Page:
Chronic eosinophilic pneumonia due to radiographic contrast administration: an orphan disease?
Hohenforst-Schmidt W, Riedel A, Zarogoulidis P, Franke C, Gschwendtner A, Huang H, Machairiotis N, Dramba V, Zarogoulidis K, Brachmann J
Drug Design, Development and Therapy , 2012, DOI: http://dx.doi.org/10.2147/DDDT.S37937
Abstract: onic eosinophilic pneumonia due to radiographic contrast administration: an orphan disease? Case report (1396) Total Article Views Authors: Hohenforst-Schmidt W, Riedel A, Zarogoulidis P, Franke C, Gschwendtner A, Huang H, Machairiotis N, Dramba V, Zarogoulidis K, Brachmann J Published Date December 2012 Volume 2012:6 Pages 385 - 389 DOI: http://dx.doi.org/10.2147/DDDT.S37937 Received: 10 September 2012 Accepted: 06 November 2012 Published: 10 December 2012 Wolfgang Hohenforst-Schmidt,1 Andreas Riedel,1 Paul Zarogoulidis,2,3 Christian Franke,4 Andreas Gschwendtner,5 Haidong Huang,6 Nikolaos Machairiotis,2 Vasiliki Dramba,2 Konstantinos Zarogoulidis,2 Johnannes Brachmann1 1II Medical Clinic, Coburg Clinic, University of Würzburg, Coburg, Germany; 2Pulmonary Department, G Papanikolaou General Hospital, Aristotle University of Thessaloniki, Thessaloniki, Greece; 3Pulmonary Department–Interventional Unit, University of Duisburg-Essen, Essen, Germany; 4Pulmonary Department, Sonneberg, Germany; 5Institute for Pathology, Coburg Clinic, University of Würzburg, Coburg, Germany; 6Department of Respiratory Diseases, Changhai Hospital, Second Military Medical University, Shanghai, China Abstract: Pulmonary eosinophilia comprises a heterogeneous group of diseases that are defined by eosinophilia in pulmonary infiltrates or in tissue. Drugs can cause almost all histopathologic patterns of interstitial pneumonias, such as cellular and fibrotic nonspecific interstitial pneumonia, pulmonary infiltrates and eosinophilia, organizing pneumonia, lymphocytic interstitial pneumonia, desquamative interstitial pneumonia, a pulmonary granulomatosis-like reaction, and a usual interstitial pneumonia-like pattern. We present a very rare case of chronic eosinophilic pneumonia due to radiographic contrast infusion diagnosed with video-assisted thoracoscopy. The patient after 1 year is still under corticosteroid treatment with the disease stabilized.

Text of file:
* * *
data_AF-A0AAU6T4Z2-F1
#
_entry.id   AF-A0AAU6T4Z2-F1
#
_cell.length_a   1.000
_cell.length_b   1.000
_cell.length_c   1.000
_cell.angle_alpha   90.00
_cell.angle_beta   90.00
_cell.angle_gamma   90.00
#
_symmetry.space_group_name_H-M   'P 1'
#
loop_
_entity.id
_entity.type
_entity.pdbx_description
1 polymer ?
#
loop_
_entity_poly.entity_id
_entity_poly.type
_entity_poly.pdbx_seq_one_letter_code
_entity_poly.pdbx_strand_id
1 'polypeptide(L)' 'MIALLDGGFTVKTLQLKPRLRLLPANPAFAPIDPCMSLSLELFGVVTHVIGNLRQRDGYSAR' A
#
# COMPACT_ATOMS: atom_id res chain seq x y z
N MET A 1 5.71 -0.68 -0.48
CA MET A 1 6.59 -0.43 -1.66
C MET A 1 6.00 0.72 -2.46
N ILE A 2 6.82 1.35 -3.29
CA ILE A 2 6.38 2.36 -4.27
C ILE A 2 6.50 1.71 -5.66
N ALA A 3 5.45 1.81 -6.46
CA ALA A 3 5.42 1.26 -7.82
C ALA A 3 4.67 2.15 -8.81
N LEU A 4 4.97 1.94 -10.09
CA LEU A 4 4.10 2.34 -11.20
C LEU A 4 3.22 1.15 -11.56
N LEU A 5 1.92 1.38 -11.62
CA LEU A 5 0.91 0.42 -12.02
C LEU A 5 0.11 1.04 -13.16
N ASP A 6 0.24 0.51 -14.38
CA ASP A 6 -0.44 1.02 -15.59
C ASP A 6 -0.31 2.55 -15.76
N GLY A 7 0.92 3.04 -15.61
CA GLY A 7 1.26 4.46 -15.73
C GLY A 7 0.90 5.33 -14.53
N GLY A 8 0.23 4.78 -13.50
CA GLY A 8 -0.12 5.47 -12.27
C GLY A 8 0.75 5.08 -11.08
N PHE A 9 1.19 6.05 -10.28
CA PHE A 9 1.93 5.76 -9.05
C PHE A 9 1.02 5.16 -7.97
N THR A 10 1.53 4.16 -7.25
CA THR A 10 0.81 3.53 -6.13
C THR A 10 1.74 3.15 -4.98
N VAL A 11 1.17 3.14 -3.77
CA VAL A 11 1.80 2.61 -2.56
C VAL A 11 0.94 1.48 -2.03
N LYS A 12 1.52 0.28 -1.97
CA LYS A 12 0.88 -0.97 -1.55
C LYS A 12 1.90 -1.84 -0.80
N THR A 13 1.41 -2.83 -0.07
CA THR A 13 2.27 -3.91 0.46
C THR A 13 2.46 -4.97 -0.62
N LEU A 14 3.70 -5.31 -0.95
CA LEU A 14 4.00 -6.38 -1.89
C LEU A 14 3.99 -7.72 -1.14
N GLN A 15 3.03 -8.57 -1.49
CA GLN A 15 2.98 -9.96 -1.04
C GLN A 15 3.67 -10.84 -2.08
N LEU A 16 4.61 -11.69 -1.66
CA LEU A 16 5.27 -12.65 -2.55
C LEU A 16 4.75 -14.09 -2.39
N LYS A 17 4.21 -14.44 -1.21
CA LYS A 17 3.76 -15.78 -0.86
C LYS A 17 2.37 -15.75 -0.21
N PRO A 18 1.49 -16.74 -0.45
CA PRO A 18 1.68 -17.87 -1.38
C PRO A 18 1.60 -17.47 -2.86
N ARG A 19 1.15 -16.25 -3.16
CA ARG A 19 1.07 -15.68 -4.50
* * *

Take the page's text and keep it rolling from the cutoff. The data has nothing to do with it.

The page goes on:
Interstitial Lung Disease in a Patient with Chronic Granulomatous Disease
Mozhgan Moghtaderi,Sara Kashef,Nima Rezaei
Iranian Journal of Pediatrics , 2012,
Abstract: Background: Chronic granulomatous disease (CGD) is an inherited phagocytes defect, characterized by defects of NADPH-oxidase and inability of bacterial killing, which leads to recurrent life-threatening infections. Respiratory problems, which are the major cause of morbidity in CGD, usually result fromrecurrent severe infections; however, vigorous inflammatory response could also cause respiratory diseases.Case Presentation: Herein, an 11 year-old patient with CGD is presented who suffered from chronic cough and dyspnea for 7 years. Considering the results of chest X-ray, high-resolution computedtomography, and pulmonary function test, the diagnosis of interstitial lung disease was made.Conclusion: Early recognition of manifestations associated with CGD and appropriate treatment could prevent further complications and reduce morbidity and mortality in this group of patients.
Diphenylhydantoin (phenytoin)-induced chronic pulmonary disease
Dixit Ramakant,Dixit Kalpana,Nuwal Paras,Banerjee Arunima
Lung India , 2009,
Abstract: Drug-induced respiratory diseases are difficult to diagnose and therefore usually not identified, probably underestimated and under-reported. We report a case of diphenylhydantoin/phenytoin-induced chronic pulmonary disease in a 62-year-old male patient presenting with progressive dyspnea, eosinophilia, and pulmonary abnormalities. The importance of drug history in clinical history-taking and early diagnosis of drug-induced respiratory diseases is emphasized so as to prevent permanent pulmonary damage.